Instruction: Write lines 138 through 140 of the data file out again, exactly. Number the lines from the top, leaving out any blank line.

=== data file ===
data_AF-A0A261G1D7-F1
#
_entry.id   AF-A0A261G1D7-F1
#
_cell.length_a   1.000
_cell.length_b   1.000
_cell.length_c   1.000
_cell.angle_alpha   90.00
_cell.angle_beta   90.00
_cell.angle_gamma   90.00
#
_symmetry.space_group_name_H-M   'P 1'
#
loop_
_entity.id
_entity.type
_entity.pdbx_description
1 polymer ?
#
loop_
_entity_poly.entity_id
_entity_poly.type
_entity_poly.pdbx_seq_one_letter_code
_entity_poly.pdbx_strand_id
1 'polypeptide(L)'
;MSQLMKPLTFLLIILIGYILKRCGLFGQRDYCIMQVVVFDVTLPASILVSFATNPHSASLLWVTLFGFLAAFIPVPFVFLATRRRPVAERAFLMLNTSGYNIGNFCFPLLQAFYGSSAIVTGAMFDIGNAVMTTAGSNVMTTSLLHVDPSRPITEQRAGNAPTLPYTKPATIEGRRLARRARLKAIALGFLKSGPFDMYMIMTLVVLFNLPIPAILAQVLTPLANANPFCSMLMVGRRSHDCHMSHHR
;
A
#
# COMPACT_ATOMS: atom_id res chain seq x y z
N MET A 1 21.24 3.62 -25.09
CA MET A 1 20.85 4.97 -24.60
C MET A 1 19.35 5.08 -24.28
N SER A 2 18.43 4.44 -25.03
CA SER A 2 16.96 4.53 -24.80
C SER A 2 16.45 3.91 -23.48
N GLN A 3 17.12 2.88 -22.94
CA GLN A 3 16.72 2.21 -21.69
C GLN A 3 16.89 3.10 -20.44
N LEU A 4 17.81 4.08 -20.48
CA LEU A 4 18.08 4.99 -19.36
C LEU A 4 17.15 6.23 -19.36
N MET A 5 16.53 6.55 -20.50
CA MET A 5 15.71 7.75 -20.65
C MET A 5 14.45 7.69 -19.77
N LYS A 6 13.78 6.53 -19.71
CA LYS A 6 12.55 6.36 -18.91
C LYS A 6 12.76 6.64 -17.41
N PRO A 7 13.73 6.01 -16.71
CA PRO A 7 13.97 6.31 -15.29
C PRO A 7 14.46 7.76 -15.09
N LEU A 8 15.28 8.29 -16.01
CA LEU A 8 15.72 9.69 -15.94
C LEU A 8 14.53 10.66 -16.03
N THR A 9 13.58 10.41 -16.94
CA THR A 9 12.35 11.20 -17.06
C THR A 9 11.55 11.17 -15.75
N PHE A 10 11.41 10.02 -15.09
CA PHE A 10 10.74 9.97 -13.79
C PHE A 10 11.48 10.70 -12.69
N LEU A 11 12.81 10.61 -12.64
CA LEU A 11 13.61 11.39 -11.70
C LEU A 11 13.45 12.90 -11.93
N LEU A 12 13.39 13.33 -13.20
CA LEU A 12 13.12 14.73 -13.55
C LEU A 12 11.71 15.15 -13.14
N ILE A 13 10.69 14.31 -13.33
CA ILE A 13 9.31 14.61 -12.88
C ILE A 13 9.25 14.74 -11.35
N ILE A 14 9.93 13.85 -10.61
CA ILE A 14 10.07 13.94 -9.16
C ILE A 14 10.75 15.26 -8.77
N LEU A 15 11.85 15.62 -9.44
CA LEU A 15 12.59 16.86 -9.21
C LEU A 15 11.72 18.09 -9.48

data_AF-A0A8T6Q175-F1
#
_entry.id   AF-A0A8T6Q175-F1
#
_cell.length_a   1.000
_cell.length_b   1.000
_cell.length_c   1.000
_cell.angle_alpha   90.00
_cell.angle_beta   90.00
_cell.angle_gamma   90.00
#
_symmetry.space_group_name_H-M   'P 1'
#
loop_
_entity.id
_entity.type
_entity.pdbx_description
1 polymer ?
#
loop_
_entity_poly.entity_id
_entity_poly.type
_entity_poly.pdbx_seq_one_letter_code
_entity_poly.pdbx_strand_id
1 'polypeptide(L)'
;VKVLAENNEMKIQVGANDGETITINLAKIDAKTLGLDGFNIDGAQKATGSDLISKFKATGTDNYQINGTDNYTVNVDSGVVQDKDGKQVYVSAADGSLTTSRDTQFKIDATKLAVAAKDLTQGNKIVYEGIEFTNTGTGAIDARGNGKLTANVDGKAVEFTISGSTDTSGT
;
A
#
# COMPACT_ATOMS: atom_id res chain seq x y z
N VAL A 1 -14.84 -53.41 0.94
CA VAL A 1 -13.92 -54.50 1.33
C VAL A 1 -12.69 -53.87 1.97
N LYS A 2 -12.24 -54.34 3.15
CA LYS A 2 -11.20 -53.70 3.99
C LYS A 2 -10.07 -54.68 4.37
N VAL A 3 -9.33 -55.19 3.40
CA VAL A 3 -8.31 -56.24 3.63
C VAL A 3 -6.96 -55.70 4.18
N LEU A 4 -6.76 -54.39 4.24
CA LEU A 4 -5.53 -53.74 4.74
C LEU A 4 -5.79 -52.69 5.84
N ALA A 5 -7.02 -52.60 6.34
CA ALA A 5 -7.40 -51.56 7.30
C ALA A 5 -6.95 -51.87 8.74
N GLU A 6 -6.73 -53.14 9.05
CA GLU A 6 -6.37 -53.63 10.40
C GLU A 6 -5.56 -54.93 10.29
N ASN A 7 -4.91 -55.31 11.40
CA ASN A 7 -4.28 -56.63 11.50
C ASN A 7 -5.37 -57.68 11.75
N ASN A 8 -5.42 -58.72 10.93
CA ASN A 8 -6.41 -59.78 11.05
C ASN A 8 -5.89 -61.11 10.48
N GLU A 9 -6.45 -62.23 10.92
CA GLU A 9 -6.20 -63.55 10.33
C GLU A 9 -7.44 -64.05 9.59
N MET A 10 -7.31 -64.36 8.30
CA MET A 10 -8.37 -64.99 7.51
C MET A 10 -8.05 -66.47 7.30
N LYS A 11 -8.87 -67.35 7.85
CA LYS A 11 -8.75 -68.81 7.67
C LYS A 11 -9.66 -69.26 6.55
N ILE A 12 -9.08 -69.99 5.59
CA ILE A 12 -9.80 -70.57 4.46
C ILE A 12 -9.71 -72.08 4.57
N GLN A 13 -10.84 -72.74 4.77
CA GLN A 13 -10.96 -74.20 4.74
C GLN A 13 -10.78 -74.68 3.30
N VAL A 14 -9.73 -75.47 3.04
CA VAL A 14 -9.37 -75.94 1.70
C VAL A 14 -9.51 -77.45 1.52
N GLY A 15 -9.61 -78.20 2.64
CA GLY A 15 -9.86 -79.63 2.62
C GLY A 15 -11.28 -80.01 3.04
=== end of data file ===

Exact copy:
C LYS A 11 -9.66 -69.26 6.55
N ILE A 12 -9.08 -69.99 5.59
CA ILE A 12 -9.80 -70.57 4.46